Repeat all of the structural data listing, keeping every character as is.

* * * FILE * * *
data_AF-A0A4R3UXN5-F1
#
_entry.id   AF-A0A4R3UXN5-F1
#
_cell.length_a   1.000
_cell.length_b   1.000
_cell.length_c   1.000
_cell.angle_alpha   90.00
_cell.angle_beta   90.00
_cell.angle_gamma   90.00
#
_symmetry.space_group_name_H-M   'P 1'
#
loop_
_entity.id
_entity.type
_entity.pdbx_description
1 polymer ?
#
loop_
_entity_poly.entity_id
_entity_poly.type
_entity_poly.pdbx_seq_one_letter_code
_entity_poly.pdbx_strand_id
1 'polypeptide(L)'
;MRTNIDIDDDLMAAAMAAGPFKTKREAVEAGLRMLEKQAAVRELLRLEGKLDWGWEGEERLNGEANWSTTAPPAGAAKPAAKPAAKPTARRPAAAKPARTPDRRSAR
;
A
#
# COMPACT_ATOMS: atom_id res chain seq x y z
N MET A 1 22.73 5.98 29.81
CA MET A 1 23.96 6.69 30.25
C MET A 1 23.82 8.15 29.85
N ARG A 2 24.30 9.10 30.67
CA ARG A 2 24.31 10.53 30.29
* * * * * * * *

data_AF-A0A4R3UXN5-F1
#
_entry.id   AF-A0A4R3UXN5-F1
#
_cell.length_a   1.000
_cell.length_b   1.000
_cell.length_c   1.000
_cell.angle_alpha   90.00
_cell.angle_beta   90.00
_cell.angle_gamma   90.00
#
_symmetry.space_group_name_H-M   'P 1'
#
loop_
_entity.id
_entity.type
_entity.pdbx_description
1 polymer ?
#
loop_
_entity_poly.entity_id
_entity_poly.type
_entity_poly.pdbx_seq_one_letter_code
_entity_poly.pdbx_strand_id
1 'polypeptide(L)'
;MRTNIDIDDDLMAAAMAAGPFKTKREAVEAGLRMLEKQAAVRELLRLEGKLDWGWEGEERLNGEANWSTTAPPAGAAKPAAKPAAKPTARRPAAAKPARTPDRRSAR
;
A
#
# COMPACT_ATOMS: atom_id res chain seq x y z
N MET A 1 22.73 5.98 29.81
CA MET A 1 23.96 6.69 30.25
C MET A 1 23.82 8.15 29.85
N ARG A 2 24.30 9.10 30.67
CA ARG A 2 24.31 10.53 30.29